I'm luck enough to be at the big Babylon 5 20th anniversary celebration at the Phoenix Comicon this weekend. One of the many B5 related panels was a special one that JMS requested and asked all the fans to attend. He didn't say why, but said we would be helping him keep a many years promise.
The first part of the panel was...stupid. A mod who wasn't a fan asked JMS a few generic questions and then let fans ask questions (that wasn't stupid, just the first guy) for a while.
For the second half of the panel, JMS shooed to 'moderator' off and talked about Rick Biggs, Andreas Katsulas, Jeff Connaway and Michael O'Hare. It was a true tribute to their courage and grace in ways that inspired him. Rick's love of life, Jeff's courage at beginning his career again with B5 and Andreas' courage and grace at facing terminal cancer. Then he told us about Michael O'Hare.
Toward the last third of season one, both JMS and Michael realized that Michael had a problem of increasingly delusional episodes, typified by paranoia. This can be helped with medication but that takes time and there really wasnt time while the show was shooting. JMS was even willing to shut down production for Michael to be able to get the help he needed but Michael didn't want to be responsible for the show shutting down and asked JMS to let him try to complete shooting. JMS did, and admired Michael was he struggled every day.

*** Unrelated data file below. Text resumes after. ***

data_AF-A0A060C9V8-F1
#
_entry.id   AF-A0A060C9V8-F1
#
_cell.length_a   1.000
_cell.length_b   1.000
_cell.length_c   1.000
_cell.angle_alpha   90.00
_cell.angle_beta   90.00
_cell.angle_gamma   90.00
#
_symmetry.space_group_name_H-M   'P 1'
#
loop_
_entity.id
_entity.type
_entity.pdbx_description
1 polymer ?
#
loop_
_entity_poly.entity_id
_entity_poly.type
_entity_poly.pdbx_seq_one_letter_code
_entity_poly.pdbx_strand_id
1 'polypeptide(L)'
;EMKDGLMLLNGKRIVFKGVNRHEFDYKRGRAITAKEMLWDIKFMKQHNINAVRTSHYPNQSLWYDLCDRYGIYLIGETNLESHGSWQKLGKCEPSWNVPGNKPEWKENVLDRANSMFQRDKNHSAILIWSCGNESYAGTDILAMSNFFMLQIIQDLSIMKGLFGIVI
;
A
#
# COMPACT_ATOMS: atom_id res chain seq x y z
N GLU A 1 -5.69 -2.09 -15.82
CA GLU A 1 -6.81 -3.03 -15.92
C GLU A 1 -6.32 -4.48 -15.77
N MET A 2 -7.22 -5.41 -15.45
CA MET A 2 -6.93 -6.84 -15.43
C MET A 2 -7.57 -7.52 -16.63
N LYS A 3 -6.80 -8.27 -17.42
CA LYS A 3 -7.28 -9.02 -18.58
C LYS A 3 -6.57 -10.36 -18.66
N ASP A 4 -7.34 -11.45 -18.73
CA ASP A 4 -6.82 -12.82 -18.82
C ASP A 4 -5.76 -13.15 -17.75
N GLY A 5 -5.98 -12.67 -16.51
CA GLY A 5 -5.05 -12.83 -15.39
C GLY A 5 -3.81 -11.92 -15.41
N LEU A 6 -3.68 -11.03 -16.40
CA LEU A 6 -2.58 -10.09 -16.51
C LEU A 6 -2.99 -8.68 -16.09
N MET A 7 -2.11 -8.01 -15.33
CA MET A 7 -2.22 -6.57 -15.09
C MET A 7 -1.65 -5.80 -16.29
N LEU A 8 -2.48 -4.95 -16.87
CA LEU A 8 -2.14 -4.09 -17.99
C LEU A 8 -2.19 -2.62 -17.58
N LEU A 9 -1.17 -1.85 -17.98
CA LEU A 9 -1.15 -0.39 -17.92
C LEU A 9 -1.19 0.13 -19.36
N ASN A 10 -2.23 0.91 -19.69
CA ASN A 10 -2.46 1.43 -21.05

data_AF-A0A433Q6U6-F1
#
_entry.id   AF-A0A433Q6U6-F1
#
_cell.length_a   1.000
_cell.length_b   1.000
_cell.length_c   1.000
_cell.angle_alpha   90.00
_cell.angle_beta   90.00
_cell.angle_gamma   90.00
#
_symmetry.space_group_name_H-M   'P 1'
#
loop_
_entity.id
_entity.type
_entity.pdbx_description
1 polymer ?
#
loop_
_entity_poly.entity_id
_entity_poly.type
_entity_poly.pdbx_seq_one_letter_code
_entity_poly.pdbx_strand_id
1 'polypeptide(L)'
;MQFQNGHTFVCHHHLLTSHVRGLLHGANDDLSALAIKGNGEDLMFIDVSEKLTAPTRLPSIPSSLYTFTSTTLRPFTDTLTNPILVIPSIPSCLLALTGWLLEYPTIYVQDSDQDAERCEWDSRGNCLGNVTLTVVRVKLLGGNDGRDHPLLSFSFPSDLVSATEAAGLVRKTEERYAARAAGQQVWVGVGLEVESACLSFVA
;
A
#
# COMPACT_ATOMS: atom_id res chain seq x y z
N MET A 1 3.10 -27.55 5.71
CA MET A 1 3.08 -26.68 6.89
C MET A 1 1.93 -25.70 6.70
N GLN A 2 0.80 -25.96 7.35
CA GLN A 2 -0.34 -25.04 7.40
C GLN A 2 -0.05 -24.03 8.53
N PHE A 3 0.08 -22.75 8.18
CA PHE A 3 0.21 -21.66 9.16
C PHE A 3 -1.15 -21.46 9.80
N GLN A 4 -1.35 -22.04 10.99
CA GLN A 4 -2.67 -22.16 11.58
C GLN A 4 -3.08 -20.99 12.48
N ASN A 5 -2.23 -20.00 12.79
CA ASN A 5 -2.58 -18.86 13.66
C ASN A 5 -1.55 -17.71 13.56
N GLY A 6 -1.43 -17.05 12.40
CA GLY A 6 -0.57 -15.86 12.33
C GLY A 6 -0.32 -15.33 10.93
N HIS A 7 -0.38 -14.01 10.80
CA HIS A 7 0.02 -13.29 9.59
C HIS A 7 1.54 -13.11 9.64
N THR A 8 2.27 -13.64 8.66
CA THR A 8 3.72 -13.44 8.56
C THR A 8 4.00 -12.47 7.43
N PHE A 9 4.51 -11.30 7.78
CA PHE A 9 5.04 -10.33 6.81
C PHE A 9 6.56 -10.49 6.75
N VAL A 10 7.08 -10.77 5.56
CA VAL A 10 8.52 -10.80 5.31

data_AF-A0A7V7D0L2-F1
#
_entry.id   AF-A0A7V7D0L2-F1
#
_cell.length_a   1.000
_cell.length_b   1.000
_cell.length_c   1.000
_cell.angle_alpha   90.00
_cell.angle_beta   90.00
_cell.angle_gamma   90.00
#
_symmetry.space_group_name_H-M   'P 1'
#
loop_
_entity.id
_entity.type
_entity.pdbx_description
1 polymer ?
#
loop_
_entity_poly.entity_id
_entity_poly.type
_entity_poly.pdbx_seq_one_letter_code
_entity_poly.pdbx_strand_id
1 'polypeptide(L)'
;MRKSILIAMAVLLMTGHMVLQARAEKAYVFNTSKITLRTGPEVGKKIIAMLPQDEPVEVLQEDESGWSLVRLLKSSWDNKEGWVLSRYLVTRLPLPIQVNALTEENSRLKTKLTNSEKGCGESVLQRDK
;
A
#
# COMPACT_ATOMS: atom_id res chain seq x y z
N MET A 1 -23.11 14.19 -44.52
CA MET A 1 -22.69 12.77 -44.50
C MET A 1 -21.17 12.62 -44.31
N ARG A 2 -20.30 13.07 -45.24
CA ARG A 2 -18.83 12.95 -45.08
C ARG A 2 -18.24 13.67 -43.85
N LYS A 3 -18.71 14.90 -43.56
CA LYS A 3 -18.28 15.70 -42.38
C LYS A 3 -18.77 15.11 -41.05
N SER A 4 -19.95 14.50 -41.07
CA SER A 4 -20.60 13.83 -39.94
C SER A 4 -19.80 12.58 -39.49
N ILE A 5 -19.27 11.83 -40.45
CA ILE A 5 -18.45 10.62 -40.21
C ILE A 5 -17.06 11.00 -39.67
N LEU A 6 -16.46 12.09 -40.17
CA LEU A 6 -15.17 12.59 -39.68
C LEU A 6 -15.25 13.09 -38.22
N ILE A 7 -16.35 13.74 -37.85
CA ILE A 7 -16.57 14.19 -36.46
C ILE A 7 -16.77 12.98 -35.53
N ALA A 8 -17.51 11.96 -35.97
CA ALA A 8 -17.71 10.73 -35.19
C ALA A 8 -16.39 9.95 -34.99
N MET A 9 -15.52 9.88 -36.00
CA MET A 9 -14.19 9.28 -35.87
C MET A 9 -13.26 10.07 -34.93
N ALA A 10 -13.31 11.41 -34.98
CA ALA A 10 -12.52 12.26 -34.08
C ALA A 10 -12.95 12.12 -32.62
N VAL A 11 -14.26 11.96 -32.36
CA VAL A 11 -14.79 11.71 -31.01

After shooting was done, they all knew that Michael couldn't carry on so JMS let him know that when the time came, Michael could come back to complete Sinclair's arc. Thanks to friends, JMS knew when Michael was able to come back and perform in "War Without End". Afterward, JMS promised Michael that he'd 'keep the secret to his grave' but Michael asked him to keep the secret to *his* (Michael's) grave instead. And so...JMS told the story of Michael's struggle today. And he told us how there were times when the fans really helped Michael keep. going.
JMS' admiration for the courage that each man showed was obviously deeply felt and sincere and the entire room (which was full to capacity) gave him a standing ovation and thanked him for what he'd said. It was an amazing experience and, I think an important moment in B5 history.